The higher the Social Vulnerability Index decile, the more vulnerable the county
  • Average vaccination rate
0%10%20%30%40%50%60%70%80%90%100%12345678910MORE VULNERABLE ▲LESS VULNERABLE ▼Percentage fully vaccinatedDecile
Note: Filters out counties that are less than 80% complete in reporting home addresses of vaccinated individuals. Percentages are calculated for fully vaccinated individuals out of the total population 12 and older. Data as of July 1st.
Sources: CDC; Texas Department of State Health Services; Commonwealth of Massachusetts

The researchers found that in the most vulnerable decile, the number of retail pharmacies that are eligible to provide vaccines through the Federal Retail Pharmacy Program is the lowest. But these vulnerable regions are also where Dollar General and other discount stores like it tend to cluster.

As former Dollar General CEO David Perdue put it in an interview with the Wall Street Journal in 2017: “We went where they ain’t” (referring particularly to Walmart). The chain’s strategy is based on opening stores in deprived spaces, sometimes making it the closest option for groceries. “We seek to locate our stores in close proximity to our customers,” an annual company report states, “which helps drive customer loyalty and trip frequency, and makes us an attractive alternative to large discount and other large-box retail and grocery stores.”

Critics argue that the dollar store’s very business model may do other harm to public health. Before 2019, Dollar General stores offered little fresh produce and dollar stores have been reported to increase obesity in the communities they serve. Some politicians and activists believe Dollar General is actually driving out other grocery stores and retailers that offer healthier foods and have proposed blocking new dollar stores in their communities. But the company says it now offers fresh produce in 1,300 of its stores and plans to continue expanding. And whether it’s a cause or effect that results in their dominance in vulnerable areas, Chevalier and Schwartz document how dollar stores currently fill substantial retail gaps — in some regions far more than others.

“States vary considerably in the extent to which their vaccine sites provide substantial proximity to low income people,” the study finds. In New Jersey, for example, 39% of low-income households are located within less than a mile of a state vaccination site, and this share is propelled to 79% upon adding pharmacy partners. Adding Dollar General Stores doesn’t add much: It ramps up access by a mere 2 percentage points.

But in Arkansas, where the researchers estimate that only 27% of low-income households are within a mile of a state-run vaccination site, adding pharmacy retailers only increases the percentage to 31%. It increases to 48% when adding Dollar General locations to the pool.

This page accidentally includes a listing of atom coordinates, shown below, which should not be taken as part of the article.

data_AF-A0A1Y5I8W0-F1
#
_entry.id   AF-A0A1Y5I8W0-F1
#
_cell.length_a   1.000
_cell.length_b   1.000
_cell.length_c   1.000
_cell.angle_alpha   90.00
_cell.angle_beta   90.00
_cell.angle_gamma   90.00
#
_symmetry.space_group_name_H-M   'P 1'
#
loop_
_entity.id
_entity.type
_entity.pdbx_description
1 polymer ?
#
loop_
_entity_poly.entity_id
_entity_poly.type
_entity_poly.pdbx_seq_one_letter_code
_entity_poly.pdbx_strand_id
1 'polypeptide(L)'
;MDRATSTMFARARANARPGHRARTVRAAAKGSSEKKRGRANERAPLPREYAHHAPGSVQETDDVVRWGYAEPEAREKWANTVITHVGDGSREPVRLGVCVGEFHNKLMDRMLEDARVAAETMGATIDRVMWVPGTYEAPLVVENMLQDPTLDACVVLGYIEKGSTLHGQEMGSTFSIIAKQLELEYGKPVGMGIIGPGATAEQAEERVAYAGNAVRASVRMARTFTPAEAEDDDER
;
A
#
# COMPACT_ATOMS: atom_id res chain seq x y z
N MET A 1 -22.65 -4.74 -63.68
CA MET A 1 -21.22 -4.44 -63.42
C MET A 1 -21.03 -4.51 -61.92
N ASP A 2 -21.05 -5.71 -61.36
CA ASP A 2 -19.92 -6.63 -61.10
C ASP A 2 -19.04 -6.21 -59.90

Within a 15 minute drive...

to a Dollar General

to a state vaccine site or pharmacy

to both

vaccination sites and dollar store locations



Fort Smith


Little Rock

50 mi

60 km

Note: Map does not include areas within driving distance of an out-of-state vaccination site or Dollar General
Sources: Judith Chevalier, Jason Schwartz and colleagues; Mapbox

Despite their accessible locations, there are other challenges to administering vaccines at dollar stores. One big one is the lack of employees qualified to administer the vaccine.

That’s why Clay Marsh, West Virginia’s appointed Covid-19 vaccine czar, thinks mobile clinics are a better solution for filling access gaps than any fixed location like a dollar store.

“To me there is a group of vaccine hesitant, people who don’t have access, and may not have the energy to go seek vaccines,” said Marsh, “but if the vaccine was brought to them, then at least from what we’re seeing in our surveys, they would be open to being vaccinated.”

One option, Marsh suggests, might also be to use dollar store parking lots as prime locations for mobile clinics.

“We are really very enthusiastic about trying a number of things and making vaccines very accessible,” said Marsh, “because the access is at least what we hear in our survey results as a critical issue for many people.”

Dollar General has already provided Covid-19 tests in some of its stores, and a spokesperson says the company is continuing to explore other partnerships, including potentially with state and local governments.

To Young, the rural health services advocate, the presence of Dollar General stores in vulnerable areas suggests a potential broader role for the retailers in improving public health.

“There’s a way for [Dollar General] to expand this, make more money, and change [its] brand in communities,” says Young, who lives in West Virginia. She argues it could be a way for Dollar General to show itself as a “good corporate citizen.”

Young thinks criticisms that dollar stores are driving out other retailers offering healthier foods overlooks the economic realities in many rural communities.

“Some people will say: Did they create the food desert, or are they a response to the food desert?” said Young. “And I think it’s a little bit of both. Not that many big box stores are going to open stores in rural communities, because there’s not enough traffic. Is that enough traffic for a Dollar General? Yes.”